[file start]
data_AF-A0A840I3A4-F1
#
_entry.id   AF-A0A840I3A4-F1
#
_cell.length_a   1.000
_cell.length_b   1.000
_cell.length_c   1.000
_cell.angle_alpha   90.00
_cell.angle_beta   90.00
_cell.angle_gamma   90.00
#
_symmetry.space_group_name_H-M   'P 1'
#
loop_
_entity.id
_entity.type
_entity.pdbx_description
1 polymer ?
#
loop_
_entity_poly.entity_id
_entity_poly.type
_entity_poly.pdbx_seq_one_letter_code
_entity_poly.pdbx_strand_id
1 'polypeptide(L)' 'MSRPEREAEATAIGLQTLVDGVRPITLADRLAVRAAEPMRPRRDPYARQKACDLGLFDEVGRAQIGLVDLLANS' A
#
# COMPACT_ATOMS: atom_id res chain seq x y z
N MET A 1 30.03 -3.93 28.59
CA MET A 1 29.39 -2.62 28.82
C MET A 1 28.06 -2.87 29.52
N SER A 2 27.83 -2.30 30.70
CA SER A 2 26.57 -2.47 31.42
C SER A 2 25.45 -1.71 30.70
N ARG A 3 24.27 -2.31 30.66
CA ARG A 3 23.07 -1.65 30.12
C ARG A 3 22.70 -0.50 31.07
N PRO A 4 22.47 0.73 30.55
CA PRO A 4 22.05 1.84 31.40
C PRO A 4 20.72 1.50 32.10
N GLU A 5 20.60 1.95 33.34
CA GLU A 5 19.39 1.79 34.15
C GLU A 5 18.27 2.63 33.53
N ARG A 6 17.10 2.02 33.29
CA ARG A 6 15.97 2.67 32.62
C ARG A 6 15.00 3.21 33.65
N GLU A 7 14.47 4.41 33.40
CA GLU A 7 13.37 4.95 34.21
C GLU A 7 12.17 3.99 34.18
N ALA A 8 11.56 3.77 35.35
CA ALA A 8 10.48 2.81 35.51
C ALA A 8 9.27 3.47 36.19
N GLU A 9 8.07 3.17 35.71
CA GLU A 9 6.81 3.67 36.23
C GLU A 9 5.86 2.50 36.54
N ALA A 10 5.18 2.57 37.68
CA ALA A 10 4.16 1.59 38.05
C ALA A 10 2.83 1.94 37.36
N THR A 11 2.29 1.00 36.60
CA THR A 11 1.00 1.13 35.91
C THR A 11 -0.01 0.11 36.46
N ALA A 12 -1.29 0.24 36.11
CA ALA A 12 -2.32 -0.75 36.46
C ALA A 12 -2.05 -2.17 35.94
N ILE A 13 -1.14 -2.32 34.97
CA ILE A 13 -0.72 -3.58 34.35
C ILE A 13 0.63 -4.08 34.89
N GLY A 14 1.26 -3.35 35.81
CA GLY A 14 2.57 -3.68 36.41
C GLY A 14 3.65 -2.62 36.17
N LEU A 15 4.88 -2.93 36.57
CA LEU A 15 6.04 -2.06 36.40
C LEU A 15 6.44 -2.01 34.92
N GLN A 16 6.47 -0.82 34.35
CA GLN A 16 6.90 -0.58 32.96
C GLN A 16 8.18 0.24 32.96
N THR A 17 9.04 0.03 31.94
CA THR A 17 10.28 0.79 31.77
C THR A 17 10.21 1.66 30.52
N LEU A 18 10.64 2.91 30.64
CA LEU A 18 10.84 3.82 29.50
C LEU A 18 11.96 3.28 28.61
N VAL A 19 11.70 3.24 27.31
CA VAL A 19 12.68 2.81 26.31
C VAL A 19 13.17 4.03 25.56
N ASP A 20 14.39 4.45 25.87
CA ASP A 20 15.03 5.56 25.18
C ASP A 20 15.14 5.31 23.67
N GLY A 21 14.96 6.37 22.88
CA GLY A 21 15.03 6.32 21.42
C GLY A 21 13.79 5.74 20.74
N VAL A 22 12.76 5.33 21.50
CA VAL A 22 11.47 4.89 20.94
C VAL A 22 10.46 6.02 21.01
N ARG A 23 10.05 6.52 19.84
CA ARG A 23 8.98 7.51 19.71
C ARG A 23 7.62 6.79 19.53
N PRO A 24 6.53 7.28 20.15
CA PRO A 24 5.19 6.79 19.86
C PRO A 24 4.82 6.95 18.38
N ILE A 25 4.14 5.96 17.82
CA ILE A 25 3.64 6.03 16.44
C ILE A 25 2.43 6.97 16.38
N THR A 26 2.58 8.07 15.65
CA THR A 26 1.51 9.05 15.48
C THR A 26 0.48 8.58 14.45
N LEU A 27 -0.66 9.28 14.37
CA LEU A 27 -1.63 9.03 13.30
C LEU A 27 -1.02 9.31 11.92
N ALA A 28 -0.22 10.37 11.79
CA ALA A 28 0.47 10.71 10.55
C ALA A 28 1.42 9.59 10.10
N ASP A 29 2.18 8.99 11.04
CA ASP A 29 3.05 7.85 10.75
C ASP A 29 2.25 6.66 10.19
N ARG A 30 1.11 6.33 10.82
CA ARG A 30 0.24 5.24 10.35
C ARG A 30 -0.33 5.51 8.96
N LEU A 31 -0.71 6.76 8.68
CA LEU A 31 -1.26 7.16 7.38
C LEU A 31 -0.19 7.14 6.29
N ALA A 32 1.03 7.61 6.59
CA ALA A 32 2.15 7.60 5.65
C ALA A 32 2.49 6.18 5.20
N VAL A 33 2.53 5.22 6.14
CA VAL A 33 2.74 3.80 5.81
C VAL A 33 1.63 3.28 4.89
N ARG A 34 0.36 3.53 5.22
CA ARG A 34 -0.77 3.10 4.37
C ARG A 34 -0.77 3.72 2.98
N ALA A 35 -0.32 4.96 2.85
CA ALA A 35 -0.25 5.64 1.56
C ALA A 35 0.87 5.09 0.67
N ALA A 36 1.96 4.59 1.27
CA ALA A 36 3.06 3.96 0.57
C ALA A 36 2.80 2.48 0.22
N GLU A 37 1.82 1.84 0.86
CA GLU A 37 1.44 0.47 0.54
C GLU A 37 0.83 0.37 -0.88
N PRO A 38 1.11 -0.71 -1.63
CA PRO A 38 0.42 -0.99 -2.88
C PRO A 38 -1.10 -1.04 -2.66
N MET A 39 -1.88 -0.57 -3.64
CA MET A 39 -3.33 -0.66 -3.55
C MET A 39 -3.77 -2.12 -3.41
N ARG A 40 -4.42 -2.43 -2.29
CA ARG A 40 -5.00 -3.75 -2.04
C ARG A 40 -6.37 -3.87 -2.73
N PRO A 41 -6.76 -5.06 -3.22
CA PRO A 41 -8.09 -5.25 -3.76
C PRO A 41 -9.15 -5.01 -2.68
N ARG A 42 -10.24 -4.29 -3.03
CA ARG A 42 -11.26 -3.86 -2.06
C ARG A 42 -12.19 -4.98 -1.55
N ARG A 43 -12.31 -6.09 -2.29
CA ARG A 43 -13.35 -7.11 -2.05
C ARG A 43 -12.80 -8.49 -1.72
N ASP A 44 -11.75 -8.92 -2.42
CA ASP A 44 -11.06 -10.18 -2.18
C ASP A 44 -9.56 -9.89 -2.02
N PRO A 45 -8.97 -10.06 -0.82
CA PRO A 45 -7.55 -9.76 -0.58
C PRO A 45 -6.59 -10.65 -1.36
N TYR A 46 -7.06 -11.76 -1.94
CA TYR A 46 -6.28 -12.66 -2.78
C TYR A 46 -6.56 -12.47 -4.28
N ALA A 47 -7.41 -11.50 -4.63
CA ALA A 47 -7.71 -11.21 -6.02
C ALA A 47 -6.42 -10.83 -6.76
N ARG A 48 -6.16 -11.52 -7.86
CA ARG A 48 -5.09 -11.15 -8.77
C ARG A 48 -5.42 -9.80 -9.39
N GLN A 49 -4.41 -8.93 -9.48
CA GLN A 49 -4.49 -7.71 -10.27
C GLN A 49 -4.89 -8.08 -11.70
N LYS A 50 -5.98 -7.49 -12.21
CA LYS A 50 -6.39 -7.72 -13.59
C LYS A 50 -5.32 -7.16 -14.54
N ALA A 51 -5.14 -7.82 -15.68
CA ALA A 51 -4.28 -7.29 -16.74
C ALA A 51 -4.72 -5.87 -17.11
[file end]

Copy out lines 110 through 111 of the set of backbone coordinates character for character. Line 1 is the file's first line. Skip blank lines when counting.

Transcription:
CA ALA A 28 0.47 10.71 10.55
C ALA A 28 1.42 9.59 10.10